So, the idea that any of these pundits actually know what is going on in the hearts and minds of the American people is absurd. At any rate, how many people read the Washington Post or watch "Meet the Press" outside the Beltway, New York City, Cambridge or my hometown of Brookline, Mass.?

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-- Jen Deaderick

Well, I must say that reading Eric Boehlert's article was akin to finding a bottle of cool Evian in the middle of the Sahara.

As Eric explains so well, the outright abandonment of objectivity by the media in relation to politics is no longer simply an arguable theory, but a fact. Such a marked loss of ethics by almost an entire field raises the question of motivation.

I assert that the pundits and media moguls see in Howard Dean their own future of irrelevance. Grown accustomed to picking our politicians for us, they are not ready to turn over the power of choice to the Internet, the house party or the conversation on the street. For if Dean wins, it will be in spite of them, not because of them.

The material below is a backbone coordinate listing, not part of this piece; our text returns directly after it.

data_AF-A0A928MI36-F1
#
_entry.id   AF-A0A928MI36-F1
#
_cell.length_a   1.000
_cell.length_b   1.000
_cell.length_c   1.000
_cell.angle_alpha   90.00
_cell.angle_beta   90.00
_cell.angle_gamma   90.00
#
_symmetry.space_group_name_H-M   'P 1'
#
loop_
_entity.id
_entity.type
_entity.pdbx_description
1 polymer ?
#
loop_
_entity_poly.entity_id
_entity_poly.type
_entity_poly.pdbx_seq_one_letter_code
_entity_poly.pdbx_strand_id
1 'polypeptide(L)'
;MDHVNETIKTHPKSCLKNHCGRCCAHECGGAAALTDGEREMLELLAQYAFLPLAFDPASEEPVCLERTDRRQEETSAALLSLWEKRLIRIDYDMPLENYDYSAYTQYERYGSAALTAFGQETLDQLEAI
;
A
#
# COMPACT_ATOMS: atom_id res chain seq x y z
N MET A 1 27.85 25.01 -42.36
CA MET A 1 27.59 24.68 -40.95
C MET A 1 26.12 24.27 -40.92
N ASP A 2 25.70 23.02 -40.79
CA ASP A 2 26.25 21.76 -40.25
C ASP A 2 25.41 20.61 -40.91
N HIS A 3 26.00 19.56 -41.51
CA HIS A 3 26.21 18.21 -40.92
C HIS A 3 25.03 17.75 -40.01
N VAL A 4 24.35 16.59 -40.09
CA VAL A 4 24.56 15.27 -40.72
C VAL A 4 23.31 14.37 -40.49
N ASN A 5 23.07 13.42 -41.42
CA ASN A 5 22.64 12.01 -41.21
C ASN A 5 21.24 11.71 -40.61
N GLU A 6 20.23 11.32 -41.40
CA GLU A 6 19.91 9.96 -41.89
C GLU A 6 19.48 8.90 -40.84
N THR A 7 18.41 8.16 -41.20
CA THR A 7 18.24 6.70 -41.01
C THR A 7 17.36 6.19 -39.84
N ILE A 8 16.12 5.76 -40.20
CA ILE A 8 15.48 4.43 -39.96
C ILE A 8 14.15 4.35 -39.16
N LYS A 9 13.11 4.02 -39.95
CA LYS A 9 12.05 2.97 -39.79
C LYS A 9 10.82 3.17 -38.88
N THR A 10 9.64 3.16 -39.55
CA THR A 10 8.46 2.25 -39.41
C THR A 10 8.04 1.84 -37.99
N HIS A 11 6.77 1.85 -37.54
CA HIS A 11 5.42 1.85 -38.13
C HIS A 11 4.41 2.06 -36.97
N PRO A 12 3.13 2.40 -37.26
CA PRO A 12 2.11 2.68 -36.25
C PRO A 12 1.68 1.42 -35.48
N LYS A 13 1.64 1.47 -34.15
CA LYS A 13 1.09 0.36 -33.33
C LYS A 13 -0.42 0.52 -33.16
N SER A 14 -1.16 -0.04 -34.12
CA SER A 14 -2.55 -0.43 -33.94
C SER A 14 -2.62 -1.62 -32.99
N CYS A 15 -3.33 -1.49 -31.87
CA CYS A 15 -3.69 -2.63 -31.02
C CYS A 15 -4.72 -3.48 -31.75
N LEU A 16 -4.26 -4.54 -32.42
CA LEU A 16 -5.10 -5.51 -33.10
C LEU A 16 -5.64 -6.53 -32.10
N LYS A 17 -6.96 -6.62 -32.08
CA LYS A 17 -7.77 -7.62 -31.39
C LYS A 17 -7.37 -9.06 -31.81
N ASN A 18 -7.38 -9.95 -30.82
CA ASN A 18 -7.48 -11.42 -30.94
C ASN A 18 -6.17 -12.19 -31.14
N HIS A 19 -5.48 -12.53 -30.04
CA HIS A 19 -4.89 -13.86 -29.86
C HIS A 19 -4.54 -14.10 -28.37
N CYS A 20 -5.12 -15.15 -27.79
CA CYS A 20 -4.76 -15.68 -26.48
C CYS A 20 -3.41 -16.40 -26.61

So I applaud Eric for his candor and insightful approach to his colleagues and his field. I am glad to know that there are still a few real journalists out there.

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-- MaryStarr Hope

Boehlert's piece provides some interesting examples of the "media echo chamber" and of the press's double standard in reporting on Bush and his Democratic opponents. However, I think Boehlert does Democrats a disservice to the extent that he seems to make light of Dean's gaffes.